A structure built behind a loose load less-than-container loaded shipment in an ocean container, or rail car to prevent movement within the container or to separate it from other shipments.
The contents of a shipment; the loading of a vessel, car or vehicle.
An individual, partnership, or corporation that operates equipment engaged in the business of transporting goods.
A transportation company engaged in the business of transporting persons or goods for compensation and for all persons or goods impartially.
The party to whom the shipment is to be delivered.
Combining two or more small shipments in order to obtain reduced freight rates on a high volume shipment.
Metal or wooden containers; these containers meet the various specifications regarding size and shape as required by the airlines.
Also called Type II containers; large wooden boxes which are caulked and waterproofed on the inside; sizes vary, a standard liftvan will measure from 166 cubic feet to 220 cubic feet.
Small wooden boxes usually constructed by an origin agent for the shipment of excess goods that will not fit into liftvans or air containers.
Large metal boxes into which shipments are put for ocean movement; standard sizes of 20′ and 40′ (also referred to ocean containers or ISO containers).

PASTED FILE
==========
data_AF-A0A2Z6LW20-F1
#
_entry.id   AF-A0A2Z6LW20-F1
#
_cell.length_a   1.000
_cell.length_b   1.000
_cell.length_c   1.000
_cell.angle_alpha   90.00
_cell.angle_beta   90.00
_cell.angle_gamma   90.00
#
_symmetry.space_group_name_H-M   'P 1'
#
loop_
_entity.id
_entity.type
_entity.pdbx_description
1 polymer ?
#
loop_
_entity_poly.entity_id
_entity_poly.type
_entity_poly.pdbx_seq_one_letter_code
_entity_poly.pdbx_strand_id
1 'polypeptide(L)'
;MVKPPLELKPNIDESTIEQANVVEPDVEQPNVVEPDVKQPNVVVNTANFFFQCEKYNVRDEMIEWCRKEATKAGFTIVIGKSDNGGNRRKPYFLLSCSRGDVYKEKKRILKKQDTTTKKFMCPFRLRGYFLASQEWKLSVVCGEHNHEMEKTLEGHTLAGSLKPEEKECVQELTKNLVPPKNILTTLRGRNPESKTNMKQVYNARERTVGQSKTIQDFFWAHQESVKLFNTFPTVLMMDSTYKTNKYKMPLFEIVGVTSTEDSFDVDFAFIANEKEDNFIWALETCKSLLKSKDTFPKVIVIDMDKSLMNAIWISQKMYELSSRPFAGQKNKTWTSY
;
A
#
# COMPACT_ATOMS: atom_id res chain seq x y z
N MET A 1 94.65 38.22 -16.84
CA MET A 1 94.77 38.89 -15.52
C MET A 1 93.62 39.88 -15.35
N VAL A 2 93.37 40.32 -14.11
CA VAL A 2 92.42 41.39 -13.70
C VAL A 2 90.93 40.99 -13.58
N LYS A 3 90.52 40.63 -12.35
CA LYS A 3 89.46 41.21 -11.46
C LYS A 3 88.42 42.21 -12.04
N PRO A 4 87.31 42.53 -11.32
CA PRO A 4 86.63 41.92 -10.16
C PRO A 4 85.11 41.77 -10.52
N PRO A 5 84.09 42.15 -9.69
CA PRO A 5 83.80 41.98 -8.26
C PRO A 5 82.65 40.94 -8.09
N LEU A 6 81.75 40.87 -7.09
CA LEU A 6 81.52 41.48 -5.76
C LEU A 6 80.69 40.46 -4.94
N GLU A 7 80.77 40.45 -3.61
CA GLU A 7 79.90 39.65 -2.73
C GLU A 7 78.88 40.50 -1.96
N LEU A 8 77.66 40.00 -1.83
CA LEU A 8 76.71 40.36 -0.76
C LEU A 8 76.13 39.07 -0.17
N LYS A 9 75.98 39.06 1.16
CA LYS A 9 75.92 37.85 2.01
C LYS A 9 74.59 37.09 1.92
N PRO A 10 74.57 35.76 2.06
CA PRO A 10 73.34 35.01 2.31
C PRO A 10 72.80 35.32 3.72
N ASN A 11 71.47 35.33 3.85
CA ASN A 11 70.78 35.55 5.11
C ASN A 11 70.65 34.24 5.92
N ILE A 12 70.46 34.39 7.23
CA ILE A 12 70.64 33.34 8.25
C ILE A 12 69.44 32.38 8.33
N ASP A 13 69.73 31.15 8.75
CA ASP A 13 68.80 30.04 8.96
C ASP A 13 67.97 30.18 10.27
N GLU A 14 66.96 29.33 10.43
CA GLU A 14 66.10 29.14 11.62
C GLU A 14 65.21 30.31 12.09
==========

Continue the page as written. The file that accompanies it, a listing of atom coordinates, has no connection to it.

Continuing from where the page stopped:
Thick (three layer) cardboard boxes or cartons used for air shipments.
1,728 cubic inches.
Charge for not removing a loaded ocean container from a port or terminal within the time allowed.
The number of pounds or kilos per cubic foot or cubic meter of space occupied.
A sorting platform where shipments are loaded and unloaded.
Document given to a carrier when it delivers goods to a dock or pier for an international shipment.
Transporting of a shipment for short distances within a local area. Forwarder – an individual, partnership, or corporation that engages in the business of transporting goods but does not operate equipment; the forwarder arranges transportation by using subcontracted equipment operations and issues a bill of lading stating its transportation services.
Total weight of a shipment including the container and the packing materials.
An additional level of service whereby dates of service are guaranteed, with the Mover providing reimbursement for delays. This premium service is often subject to minimum weight requirements.
Items included in a shipment that are valued at more than $100 per pound. These items should be disclosed to the mover to ensure that they are protected accordingly.